The Hand of Bipartisanship

One maxim of politics in the almost 30 years that I have been around the Congress is that it is always easy to urge the other party to be bipartisan, but not that easy to actually forge a deal between the two sides on major issues of the day.

And that’s certainly been true with health care reform.

Too often, the political dictionary description of compromise is, “An action where the other party simply accepts your legislative goals,” instead of real dealmaking.

Today, the President will meet with House Republicans in Baltimore, where they are holding a special retreat to talk about their legislative goals for the year.

On Wednesday night in his State of the Union Address, Mr. Obama again made clear that he wants to work with the GOP.

“We were sent here to serve our citizens, not our ambitions. So let’s show the American people that we can do it together,” the President said to applause.

I asked several Republicans after the speech what they thought of that offer, and almost everyone of them rolled their eyes or acted like they didn’t believe the President’s words.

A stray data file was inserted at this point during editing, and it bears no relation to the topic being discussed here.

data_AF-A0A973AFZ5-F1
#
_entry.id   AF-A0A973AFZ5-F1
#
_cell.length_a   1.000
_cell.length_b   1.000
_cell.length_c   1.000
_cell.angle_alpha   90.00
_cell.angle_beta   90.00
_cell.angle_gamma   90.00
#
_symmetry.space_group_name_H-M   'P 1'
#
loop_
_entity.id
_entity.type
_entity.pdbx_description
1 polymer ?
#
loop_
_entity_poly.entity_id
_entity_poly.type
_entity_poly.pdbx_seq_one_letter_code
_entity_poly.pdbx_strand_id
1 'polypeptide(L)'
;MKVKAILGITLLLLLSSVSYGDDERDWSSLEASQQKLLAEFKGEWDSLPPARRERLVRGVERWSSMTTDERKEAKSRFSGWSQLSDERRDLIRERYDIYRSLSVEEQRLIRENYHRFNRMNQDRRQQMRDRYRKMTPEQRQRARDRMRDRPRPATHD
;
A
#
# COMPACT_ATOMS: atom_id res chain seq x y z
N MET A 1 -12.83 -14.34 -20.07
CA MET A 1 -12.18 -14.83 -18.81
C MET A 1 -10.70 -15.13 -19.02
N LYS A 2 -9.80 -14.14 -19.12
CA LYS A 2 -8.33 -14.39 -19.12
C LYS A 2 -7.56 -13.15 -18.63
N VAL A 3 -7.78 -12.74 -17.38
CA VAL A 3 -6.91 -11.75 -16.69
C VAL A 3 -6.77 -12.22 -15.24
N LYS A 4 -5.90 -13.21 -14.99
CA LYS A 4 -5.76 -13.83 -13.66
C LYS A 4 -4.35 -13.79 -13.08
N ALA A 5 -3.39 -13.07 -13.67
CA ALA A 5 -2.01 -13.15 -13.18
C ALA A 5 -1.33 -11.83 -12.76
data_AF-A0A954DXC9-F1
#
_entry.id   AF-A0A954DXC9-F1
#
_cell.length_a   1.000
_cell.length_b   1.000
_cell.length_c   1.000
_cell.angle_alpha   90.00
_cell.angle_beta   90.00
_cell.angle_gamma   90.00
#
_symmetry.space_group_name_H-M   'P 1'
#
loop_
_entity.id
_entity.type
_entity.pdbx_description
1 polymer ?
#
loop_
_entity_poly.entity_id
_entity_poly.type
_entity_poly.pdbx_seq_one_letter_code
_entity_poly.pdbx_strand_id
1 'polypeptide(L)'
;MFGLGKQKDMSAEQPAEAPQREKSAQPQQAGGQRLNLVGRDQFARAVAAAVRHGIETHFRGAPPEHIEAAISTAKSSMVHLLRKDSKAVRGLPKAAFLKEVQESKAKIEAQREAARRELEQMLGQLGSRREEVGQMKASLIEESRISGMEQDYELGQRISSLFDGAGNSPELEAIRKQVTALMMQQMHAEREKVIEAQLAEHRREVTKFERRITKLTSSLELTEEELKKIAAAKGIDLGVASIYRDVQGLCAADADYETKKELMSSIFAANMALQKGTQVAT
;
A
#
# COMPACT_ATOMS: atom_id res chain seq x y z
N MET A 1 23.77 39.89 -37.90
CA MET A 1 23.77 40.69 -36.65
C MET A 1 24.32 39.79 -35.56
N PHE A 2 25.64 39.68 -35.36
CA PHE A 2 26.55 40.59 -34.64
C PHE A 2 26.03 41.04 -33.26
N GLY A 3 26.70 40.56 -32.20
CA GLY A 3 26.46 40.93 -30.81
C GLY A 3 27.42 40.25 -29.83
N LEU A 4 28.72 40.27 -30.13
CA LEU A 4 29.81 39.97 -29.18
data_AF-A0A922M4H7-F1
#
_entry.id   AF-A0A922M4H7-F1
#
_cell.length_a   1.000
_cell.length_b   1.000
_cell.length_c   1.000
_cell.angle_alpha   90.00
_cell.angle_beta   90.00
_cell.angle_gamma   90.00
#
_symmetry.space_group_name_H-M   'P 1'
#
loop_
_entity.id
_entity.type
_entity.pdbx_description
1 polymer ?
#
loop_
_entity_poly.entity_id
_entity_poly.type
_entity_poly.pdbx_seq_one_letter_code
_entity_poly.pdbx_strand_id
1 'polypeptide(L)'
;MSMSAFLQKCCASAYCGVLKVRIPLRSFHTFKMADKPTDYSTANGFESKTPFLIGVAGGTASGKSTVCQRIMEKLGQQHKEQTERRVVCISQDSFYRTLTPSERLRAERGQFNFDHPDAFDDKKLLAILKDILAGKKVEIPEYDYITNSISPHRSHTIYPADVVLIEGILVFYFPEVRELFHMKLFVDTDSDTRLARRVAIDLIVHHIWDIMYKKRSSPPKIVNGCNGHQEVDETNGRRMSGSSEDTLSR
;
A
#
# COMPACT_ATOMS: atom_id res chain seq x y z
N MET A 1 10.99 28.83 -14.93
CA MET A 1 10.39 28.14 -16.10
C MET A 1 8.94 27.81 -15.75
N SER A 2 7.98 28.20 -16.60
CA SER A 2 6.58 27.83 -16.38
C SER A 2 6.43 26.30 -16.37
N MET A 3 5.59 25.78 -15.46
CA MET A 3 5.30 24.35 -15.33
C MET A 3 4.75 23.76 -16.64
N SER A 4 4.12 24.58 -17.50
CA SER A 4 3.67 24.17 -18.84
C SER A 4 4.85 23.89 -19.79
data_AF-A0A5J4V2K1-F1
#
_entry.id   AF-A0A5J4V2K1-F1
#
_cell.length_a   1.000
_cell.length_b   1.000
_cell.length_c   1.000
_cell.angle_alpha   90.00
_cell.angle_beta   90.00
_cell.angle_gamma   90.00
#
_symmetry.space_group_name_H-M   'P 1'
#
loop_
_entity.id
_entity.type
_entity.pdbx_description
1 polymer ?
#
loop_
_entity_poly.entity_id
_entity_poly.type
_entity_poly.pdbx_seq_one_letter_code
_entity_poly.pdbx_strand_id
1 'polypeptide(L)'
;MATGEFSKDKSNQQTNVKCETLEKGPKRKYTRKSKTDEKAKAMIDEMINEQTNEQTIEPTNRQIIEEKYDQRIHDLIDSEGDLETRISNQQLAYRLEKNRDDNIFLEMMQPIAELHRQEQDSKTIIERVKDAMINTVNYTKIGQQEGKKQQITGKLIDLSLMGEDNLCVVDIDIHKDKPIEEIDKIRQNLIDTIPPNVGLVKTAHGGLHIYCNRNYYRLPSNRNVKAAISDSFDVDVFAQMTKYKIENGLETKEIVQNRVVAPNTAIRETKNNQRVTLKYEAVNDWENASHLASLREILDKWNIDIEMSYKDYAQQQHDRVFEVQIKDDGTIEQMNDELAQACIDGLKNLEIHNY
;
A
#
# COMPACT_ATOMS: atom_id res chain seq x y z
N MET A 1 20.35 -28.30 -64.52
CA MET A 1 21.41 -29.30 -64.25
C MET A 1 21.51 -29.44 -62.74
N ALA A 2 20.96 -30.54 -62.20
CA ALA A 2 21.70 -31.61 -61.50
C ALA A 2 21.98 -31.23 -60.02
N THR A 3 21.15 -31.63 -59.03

“The deeds so rarely matches the words,” said Rep. Tom Price (R-GA), who all but laughed at the idea that Democrats would suddenly start real negotiations on health care.

Meanwhile, it became even more apparent yesterday that the President’s State of the Union Address did very little to spark momentum on health care in the Congress, as more moderate Democrats said Mr. Obama should have offered up some kind of bipartisan plan for the way forward.

“I think the President should have been more clear,” said Sen. Mary Landrieu (D-LA), who was happy to talk about policy instead of the weird story of the four men who were evidently trying to disable her office phones in New Orleans.

“I’m hoping in the next week or two, he will be more clear.”

There were rumors yesterday of Democrats coming up with plans in February on health reform.  Nothing would surprise me.  Those kind of efforts are certainly going on.

Whether they can actually put the Medical Legislative Version of Humpty Dumpty back together again is a different question.